Stephen King first published The Gunslinger in 1982. I probably read it for the first time in about 1990 or so, and I’ve been reading and re-reading these Dark Tower books ever since. Because ka is like a wheel, and I really can’t do anything about that, can I?
I was nearing the end of my most recent re-read (see my reviews of all the other books), and suddenly found that I simply couldn’t read the second half of The Dark Tower again. If you’ve read it, you know what part I stopped at. I didn’t want to read that part again, so I put it down.
And suddenly a year went by. And I still didn’t want to read that part again. I thought about starting again, seeing if I could find my mojo. The book starts off with a bang — the scenes at — and especially below — The Dixie Pig are some of the best action scenes King has ever written. The crazy tunnels under New York City that lead to other worlds are brilliant and fascinating. But I just couldn’t do it. Even though I love these books, I just didn’t want to. Because, Algul Siento.
And here, Constant Reader, you might find some spoilers.
Even though the book has so many other amazing sections, I just couldn’t go through that battle again. Yes, it was hard to read what happened to Pere Callahan. Yes, what happens to Jake is brutal and horrible. Of course, how Oy’s story ends is among the most heartbreaking in modern literature. But you know I’m talking about Eddie. I simply couldn’t handle reading the words telling me that my Eddie was dead.*
But then a strange thing happened. We decided that we couldn’t stand another minute in our 1955 kitchen, and we planned a new one using IKEA.** And the closest IKEA is over 30 minutes away — not counting Beltway traffic. So I’ve been spending A LOT of time in my car, driving back and forth over the past 6 weeks. And to keep me company, I got myself the audiobook version of this book. And I loved it.
I would find myself sitting in traffic on 495, crying about Oy and yelling at Patrick Danville. So grossed out about Mordred that I even missed my exit one time. Amazed by Jake’s sacrifice, devastated by the unquestioning love of Sheemie, and impressed with the bravery of regular folks like John Cullum and Irene Tassenbaum.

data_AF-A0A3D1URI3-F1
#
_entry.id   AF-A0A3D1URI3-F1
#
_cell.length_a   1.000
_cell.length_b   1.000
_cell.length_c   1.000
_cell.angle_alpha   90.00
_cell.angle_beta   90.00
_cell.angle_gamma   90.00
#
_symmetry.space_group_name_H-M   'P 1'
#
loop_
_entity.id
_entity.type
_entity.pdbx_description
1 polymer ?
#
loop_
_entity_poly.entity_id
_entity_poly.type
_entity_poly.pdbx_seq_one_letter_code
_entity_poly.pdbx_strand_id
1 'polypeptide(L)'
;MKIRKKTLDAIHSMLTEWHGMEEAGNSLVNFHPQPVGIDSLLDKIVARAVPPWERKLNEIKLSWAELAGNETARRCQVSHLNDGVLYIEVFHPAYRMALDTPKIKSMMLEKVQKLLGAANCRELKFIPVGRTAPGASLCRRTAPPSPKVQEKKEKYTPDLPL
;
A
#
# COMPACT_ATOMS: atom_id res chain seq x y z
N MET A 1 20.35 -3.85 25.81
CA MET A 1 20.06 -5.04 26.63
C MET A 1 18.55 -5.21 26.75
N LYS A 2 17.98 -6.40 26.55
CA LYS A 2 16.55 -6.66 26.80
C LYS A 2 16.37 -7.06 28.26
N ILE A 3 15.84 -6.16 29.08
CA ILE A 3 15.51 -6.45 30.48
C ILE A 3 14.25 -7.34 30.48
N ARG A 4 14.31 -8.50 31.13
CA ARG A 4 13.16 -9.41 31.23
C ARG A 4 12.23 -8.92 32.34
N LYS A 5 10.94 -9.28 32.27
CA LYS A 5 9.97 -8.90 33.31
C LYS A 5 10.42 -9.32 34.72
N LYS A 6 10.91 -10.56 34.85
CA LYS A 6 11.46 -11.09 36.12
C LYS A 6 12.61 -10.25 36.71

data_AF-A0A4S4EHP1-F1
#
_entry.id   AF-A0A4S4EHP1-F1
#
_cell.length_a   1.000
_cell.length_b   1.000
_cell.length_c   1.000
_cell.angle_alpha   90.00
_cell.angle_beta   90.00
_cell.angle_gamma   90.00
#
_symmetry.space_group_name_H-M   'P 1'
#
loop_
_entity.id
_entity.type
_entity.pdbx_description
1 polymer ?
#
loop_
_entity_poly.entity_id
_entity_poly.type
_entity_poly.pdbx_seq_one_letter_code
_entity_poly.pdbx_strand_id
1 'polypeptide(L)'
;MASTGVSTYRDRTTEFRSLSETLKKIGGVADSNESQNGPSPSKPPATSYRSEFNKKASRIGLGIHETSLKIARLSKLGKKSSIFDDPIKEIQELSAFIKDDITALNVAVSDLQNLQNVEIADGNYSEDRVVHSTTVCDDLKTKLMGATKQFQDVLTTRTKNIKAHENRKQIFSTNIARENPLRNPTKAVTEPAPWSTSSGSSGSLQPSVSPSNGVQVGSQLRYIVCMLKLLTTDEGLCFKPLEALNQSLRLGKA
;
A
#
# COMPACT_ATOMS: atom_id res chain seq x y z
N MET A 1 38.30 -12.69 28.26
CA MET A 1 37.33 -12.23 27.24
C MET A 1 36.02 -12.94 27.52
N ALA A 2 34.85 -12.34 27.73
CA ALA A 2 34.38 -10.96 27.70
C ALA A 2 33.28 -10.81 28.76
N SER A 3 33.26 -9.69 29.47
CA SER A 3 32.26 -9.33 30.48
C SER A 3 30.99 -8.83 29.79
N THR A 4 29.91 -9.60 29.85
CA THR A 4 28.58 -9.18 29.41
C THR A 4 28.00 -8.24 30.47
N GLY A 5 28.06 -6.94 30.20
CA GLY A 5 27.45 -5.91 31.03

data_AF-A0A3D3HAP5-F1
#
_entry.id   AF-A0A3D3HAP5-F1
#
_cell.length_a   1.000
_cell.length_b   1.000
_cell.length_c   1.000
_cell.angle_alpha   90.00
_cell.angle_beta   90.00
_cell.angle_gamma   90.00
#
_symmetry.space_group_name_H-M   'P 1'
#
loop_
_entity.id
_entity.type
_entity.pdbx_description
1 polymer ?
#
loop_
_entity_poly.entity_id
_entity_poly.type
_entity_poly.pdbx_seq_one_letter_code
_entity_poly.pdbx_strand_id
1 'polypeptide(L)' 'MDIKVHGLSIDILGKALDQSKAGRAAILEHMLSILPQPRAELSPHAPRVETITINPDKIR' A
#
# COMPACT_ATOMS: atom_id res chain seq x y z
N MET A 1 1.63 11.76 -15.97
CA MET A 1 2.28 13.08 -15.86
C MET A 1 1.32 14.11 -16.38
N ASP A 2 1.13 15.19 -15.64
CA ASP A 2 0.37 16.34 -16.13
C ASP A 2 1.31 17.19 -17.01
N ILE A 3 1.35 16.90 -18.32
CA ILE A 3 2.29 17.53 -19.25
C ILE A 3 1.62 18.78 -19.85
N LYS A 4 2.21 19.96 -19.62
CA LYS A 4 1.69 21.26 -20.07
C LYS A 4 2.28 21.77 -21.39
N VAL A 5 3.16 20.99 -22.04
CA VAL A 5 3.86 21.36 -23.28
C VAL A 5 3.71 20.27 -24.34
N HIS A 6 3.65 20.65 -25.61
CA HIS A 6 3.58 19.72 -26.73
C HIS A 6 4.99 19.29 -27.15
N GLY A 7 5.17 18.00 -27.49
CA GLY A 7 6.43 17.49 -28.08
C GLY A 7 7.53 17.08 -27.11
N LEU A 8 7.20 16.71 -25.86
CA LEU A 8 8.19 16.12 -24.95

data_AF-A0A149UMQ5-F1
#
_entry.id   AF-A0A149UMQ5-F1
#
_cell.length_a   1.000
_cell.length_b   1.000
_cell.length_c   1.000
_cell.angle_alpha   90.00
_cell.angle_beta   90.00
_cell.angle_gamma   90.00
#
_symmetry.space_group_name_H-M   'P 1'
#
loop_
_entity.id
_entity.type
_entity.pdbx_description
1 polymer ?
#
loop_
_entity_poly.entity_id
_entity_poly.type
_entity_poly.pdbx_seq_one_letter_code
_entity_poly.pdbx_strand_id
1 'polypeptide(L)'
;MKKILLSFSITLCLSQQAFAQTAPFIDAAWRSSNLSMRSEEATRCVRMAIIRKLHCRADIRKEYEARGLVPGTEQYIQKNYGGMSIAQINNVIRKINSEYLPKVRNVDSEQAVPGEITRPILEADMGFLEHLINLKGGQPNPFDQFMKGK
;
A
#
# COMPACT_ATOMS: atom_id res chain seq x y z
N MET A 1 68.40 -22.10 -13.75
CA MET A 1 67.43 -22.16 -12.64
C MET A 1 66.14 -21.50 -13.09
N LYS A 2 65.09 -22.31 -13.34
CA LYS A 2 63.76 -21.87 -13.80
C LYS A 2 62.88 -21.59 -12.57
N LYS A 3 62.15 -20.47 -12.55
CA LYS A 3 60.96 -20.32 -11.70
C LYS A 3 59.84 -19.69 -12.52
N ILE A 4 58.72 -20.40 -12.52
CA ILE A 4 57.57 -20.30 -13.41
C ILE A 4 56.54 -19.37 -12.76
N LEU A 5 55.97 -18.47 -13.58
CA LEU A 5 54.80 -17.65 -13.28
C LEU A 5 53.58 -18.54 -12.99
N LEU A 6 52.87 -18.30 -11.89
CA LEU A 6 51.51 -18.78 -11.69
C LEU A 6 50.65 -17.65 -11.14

And more than anything, I was surprised by how much I didn’t hate Susannah. Susannah is not my favorite character. Not even close. But listening, instead of reading, gave me a different feel for her and really made me see her in a more positive light. I still don’t 100% buy her amazing love story with Eddie, but I was closer to accepting it this time around.
And in listening, I found the end of the story to work even better. To understand that Roland’s journey is one that he’s made countless times, to pick up on the clues left here and there, to feel his pain when he realizes what is happening to him — all of this really worked. I actually felt sorry for Roland, which I almost never do.
Of course, I still hate what happened to Eddie. But listening to it was somehow easier than reading it. I felt like I wasn’t alone, if that makes sense, and that the narrator and all of the other characters could mourn Eddie with me.
Now that I have my shiny, new audible account, I plan on going back and listening to all of the books again (along with the books that are interwoven with the series, like It, Insomnia, The Stand, and ‘Salems Lot). I’m really looking forward to it.
Until next time, Constant Reader, long days and pleasant nights.
*And yes, I know that Eddie is a fictional character. I even put him on my top-5 fictional characters list last week on Pajiba. It was nice to see I wasn’t the only one to include him.
**If anyone out there is considering an IKEA kitchen, please feel free to AMA. Its been an educational process, to say the least.